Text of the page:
Thursday 5 April 2012

Gender, autoimmunity and autism

With all the challenges facing autism research in terms of the heterogeneity of the condition, the increased likelihood of certain comorbidity and the lack of objective markers (despite some good efforts), a touch of blue-sky thinking is often required. So for example, appreciating that there may be subgroups of people diagnosed with an autism spectrum condition who present with common issues as per the up-coming area of endophenotypes or looking at possible commonalities outside of the immediate parameters of the condition for potential clues about the condition, bearing in mind the correlation-is-not-causation motif.

With such sentiments in mind I'd like to talk about some speculative but interesting thoughts from this paper by Kevin Becker* on the male gender bias in autism and pediatric autoimmunity. I have had some contact with Dr Becker about this and his other papers** and he is interested to see what opinions there are about some of the ideas he is expounding. Viewers, after reading this, please do opine.

Before progressing through the paper, Dr Becker has quite a publication record in autism and other areas as evidenced by papers such as this one on autism, asthma, immunity and the hygiene hypothesis (full-text) and this one on autism, asthma and paracetamol (acetaminophen) use (full-text), both of which approach areas near to my research heart. This paper (full-text) on the tight junction protein, claudin 7 also caught my eye in view of my interest in the extra-intestinal effects of gut permeability (see here) as did this paper (full-text) on that most lovable tryptophan hydroxylase. Do I even need to mention reference to the science of epigenetics (full-text) or are you getting bored of that already?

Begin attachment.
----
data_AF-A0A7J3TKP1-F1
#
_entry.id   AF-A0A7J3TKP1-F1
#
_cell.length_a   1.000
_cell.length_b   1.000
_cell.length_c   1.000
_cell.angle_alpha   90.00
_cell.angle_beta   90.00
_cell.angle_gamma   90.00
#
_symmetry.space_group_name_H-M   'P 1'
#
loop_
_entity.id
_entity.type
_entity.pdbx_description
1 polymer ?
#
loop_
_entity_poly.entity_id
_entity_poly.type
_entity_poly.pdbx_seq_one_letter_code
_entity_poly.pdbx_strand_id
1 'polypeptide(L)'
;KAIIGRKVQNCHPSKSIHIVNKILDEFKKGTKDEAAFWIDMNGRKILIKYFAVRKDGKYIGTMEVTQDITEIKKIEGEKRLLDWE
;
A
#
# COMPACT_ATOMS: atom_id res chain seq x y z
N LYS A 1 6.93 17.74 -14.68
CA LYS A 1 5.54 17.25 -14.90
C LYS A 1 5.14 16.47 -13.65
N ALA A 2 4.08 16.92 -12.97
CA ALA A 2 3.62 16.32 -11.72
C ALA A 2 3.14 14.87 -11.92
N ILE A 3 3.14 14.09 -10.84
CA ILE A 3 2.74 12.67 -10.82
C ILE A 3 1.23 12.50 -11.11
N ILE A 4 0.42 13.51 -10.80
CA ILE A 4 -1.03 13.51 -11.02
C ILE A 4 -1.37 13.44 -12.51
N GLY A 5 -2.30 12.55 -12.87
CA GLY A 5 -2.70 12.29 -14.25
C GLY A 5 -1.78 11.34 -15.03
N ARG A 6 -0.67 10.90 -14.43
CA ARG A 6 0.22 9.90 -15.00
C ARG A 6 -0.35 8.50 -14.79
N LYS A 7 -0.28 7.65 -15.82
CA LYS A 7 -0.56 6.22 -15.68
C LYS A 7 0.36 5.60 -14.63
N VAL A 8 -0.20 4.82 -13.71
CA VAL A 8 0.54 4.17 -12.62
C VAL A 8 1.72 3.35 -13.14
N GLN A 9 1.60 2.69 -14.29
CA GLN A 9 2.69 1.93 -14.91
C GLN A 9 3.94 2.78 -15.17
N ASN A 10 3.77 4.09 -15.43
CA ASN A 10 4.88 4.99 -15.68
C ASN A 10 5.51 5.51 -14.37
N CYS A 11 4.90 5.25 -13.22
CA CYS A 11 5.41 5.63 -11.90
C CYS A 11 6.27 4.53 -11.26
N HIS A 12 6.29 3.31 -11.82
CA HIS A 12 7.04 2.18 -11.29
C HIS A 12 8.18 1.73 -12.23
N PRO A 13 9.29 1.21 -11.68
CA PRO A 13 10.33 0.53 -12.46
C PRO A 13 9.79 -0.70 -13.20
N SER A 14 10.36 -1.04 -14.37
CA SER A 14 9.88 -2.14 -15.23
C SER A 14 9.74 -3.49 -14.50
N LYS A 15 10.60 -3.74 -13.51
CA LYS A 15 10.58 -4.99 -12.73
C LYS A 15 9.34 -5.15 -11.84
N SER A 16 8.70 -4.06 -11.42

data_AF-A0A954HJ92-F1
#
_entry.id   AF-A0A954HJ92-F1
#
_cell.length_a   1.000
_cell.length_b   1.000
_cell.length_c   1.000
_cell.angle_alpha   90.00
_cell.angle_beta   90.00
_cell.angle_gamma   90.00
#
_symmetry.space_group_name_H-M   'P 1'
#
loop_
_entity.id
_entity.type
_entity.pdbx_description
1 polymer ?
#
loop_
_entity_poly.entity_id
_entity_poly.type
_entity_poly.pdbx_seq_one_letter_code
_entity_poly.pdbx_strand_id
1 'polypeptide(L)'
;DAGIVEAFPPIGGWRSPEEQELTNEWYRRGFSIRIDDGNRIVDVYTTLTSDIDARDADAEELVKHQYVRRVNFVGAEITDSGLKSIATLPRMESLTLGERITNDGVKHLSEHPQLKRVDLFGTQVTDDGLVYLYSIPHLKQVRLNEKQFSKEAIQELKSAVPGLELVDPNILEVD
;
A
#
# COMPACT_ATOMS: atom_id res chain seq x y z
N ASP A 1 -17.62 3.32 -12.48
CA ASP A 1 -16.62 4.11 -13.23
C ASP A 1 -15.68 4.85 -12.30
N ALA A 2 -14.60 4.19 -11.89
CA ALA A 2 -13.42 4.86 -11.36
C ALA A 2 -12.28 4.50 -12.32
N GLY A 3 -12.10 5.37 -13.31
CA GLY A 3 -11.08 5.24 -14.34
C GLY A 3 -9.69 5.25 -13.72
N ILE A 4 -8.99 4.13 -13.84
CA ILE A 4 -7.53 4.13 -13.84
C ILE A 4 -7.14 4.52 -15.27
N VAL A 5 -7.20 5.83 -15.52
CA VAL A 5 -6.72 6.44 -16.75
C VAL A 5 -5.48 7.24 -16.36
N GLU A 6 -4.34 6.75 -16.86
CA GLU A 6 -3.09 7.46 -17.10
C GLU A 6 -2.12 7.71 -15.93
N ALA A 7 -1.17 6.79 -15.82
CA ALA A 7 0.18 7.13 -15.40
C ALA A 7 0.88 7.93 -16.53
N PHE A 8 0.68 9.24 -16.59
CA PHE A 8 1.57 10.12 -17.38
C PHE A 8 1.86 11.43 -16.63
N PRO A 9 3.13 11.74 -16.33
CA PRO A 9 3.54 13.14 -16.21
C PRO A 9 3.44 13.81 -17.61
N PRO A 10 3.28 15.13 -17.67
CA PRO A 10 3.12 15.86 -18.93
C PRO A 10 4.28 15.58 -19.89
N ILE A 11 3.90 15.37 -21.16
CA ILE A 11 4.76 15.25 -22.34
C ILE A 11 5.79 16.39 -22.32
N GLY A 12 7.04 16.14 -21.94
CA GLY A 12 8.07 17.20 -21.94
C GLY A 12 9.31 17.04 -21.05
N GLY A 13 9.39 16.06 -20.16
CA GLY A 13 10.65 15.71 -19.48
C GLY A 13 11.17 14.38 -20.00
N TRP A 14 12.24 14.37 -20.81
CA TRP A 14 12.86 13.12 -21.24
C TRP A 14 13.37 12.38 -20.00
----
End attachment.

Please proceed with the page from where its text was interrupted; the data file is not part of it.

Enough of the appreciation society comments and onwards to the current paper:

  • As per previous mentions, the often quite startling gender differences skewed towards males is one of the more defining characteristic of autism spectrum conditions (not including Rett syndrome). One could therefore suggest that this sex ratio difference might be a good place to start in research terms for quite a few people on the autism spectrum.
  • Autoimmunity has also had more than a passing interest in relation to some cases of autism (remember this post) and in particular the coincidence of various autoimmune conditions in cases of autism - and their families - such as diabetes (type 1) for example. 
  • Becker hypothesises on some connection between the male bias in both presentation of autism and pediatric autoimmune conditions and the possibility of some shared aetiological features. His evidence is multi-fold but includes: (a) autoimmune conditions normally come in packs as per the suggestion on the recent psoriasis post remembering the possibility of a relationship between autoimmunity and autism, (b) you may well be saying to yourself that autoimmune conditions in general tend to favour females rather than males so how could there be a connection? Well you'd be half right because adult presentation is often more frequent in females. The same however does not necessarily apply to pediatric presentation where roles seem to be reversed and males are perhaps the more fragile gender. Becker presents quite a bit of data to support a variable male skewing of rates of some autoimmune conditions in pediatric cohorts, (c) hormones inevitably get a mention and the testosterone-autism link including the recent RORA findings, (d) remembering the chromosomal makeup of males compared to females, the X chromosome also comes into view and various research on how issues with the X chromosome might similarly impact on both autism and various autoimmune conditions.